Conditions for Selling Colstrip Power Unveiled
By Dennison, Mike
HELENA – NorthWestern Energy on Monday spelled out its conditions for dedicating its share of Colstrip 4 power to Montana customers – and said it would sell the power to investors if the conditions aren’t met. The proposal, submitted to state utility regulators, would increase NorthWestern customers’ electric rates for 2009 and 2010. But it provides cheaper, reliable power over the longer term, when compared to other power-purchase options, the company said.
As part of the deal, NorthWestern also said state regulators must agree that $346 million of federal tax benefits gained through the company’s 2003 bankruptcy cannot be used to offset customer utility rates in the future.
NorthWestern officials and its attorneys said the proposal is the lowest-cost alternative for acquiring a huge chunk of reliable power for its 320,000 Montana customers, and therefore is “in the public interest.”
Yet an attorney for consumers said Monday he has many questions about the proposal, which will be considered by the state Public Service Commission.
Montana Consumer Counsel Bob Nelson, a state lawyer who represents consumers in rate cases before the PSC, said the question remains whether NorthWestern improperly used ratepayer funds to buy its controlling interest in the power last year.
“There are a lot of things we’re going to have to be looking at,” he said.
At issue is 222 megawatts of coal-fired power produced by the Colstrip 4 plant east of Billings, enough power to supply one-fifth of NorthWestern’s customers in Montana.
Last year, NorthWestern paid $187 million to gain full ownership of the power, which is being sold to its Montana customers and customers of Puget Sound Energy, a Seattle-area Utility.
Two weeks ago, NorthWestern announced it had arranged to sell the power to an investment group for $404 million, turning a tidy profit on its purchase. As part of that deal, the buyers would agree to sell back the power to NorthWestern’s Montana customers at rates slightly discounted from the market.
Yet NorthWestern officials said they would give the Public Service Commission the option of “rate-basing” the power for Montana consumers at the same price. The power would remain under NorthWestern’s control, be dedicated to Montana consumers, and go into the company’s rate base, on which the company earns a set rate of return.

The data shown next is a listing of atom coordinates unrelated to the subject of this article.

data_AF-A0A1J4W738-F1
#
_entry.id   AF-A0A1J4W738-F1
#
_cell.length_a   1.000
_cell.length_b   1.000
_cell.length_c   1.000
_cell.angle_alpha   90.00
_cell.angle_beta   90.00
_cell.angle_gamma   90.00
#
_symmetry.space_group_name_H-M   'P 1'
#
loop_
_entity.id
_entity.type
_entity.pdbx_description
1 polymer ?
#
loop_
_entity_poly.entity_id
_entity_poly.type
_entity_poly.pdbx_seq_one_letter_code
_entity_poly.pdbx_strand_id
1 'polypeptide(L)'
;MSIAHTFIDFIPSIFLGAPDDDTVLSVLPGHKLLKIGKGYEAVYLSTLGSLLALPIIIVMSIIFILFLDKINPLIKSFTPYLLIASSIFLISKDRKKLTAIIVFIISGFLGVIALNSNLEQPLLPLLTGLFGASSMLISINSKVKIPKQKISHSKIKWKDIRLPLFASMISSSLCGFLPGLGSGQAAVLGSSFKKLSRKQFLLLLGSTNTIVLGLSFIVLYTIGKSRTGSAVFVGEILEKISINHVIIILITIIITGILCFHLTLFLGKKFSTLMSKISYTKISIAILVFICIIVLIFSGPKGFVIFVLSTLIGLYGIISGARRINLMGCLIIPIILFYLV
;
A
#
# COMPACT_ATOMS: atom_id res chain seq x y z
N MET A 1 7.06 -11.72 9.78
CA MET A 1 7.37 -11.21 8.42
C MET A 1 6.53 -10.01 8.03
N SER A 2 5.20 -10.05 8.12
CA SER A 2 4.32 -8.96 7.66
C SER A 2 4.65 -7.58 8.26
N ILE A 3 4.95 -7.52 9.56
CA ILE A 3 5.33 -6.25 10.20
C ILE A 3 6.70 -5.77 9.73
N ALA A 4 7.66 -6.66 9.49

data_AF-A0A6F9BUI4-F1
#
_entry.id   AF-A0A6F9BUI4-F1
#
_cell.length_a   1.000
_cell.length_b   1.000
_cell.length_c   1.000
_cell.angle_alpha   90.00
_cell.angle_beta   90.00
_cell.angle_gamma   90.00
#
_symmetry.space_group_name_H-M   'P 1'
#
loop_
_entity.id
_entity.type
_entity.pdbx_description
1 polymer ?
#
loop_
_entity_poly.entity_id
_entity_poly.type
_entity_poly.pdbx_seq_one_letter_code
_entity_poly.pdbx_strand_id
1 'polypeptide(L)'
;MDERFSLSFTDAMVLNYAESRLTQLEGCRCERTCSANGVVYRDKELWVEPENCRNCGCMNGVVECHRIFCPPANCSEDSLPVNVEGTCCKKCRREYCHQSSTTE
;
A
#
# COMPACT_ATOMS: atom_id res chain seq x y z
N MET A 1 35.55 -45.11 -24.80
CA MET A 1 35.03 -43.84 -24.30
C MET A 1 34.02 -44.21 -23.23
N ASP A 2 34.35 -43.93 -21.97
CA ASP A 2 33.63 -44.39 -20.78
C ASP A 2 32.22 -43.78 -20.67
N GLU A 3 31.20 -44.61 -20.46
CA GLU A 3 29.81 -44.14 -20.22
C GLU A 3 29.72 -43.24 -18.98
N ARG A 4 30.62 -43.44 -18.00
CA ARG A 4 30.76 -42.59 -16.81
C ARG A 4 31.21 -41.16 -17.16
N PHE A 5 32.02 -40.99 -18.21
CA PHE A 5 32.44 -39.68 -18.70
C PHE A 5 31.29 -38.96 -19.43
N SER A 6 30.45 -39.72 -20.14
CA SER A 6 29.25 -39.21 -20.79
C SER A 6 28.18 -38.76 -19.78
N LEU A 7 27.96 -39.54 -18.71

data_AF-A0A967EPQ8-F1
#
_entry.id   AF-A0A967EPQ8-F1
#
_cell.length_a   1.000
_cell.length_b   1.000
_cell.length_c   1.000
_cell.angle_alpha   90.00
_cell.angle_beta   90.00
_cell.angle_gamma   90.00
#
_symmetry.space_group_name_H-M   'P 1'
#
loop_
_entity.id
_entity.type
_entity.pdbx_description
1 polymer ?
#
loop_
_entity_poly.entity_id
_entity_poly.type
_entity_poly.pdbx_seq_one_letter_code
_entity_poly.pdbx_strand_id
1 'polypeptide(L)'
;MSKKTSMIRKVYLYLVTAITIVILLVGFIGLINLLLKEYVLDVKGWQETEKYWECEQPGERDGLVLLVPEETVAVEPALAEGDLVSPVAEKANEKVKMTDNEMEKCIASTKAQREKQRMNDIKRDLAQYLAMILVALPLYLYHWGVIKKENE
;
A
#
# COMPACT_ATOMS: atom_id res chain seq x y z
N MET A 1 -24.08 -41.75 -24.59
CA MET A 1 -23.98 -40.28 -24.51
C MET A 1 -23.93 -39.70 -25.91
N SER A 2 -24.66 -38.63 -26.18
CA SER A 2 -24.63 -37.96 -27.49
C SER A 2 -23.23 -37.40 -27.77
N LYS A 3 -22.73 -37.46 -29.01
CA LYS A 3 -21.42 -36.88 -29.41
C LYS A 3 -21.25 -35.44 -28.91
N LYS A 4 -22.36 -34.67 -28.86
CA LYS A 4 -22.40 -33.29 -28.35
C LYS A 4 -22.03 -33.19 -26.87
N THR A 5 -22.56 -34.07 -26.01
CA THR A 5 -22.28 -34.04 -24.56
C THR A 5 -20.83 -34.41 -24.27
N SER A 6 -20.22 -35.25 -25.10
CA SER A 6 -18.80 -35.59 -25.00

NorthWestern says the rate-base amount should be based on the $404 million sale price of Colstrip.
NorthWestern spelled out those terms in documents filed late Friday with the Public Service Commission and made widely available Monday.
It said, if the PSC doesn’t accept the rate-base proposal within 120 days without changes, the company will sell the power to the investment group, operating through Bicent Power.
John Hines, chief energy supply officer for NorthWestern, estimated that the proposal to rate-base the power would increase the price consumers pay for electricity by about 7 percent next year.
Yet by 2011, the cost would be slightly lower than if that power is sold to Bicent Power, and by 2020, it would be 11 percent lower, he said.
NorthWestern President Mike Hanson urged the Public Service Commission to take a “long-term view” of the benefits for consumers and the company.
“NorthWestern Energy and the commission must align our views and create an ongoing partnership to accomplish our mutually held, long- run goal of providing high-quality service at stable and affordable prices to consumers, while providing (NorthWestern) and its owners with a fair and predictable return on its invested capital,” he said in testimony filed with the proposal.
NorthWestern on Friday also asked the PSC to suspend its investigation of whether the company improperly used ratepayer funds to buy the Colstrip power last year.
Nelson, the consumer counsel, said the investigation is looking into whether ratepayers have been supporting the Colstrip 4 power for years – and possibly entitled to that power at a cost lower than proposed by the company.
He also questioned why ratepayers should get little or no credit for the bankruptcy-related tax benefits, because the bankruptcy put ratepayers at risk.
NorthWestern says the tax benefits stemmed from losses by non- utility companies, and should be available to the company to offset future taxes – such as the ones it would have to pay if it profits by selling the Colstrip 4 power to the investment group.
Copyright The Missoulian Jul 1, 2008
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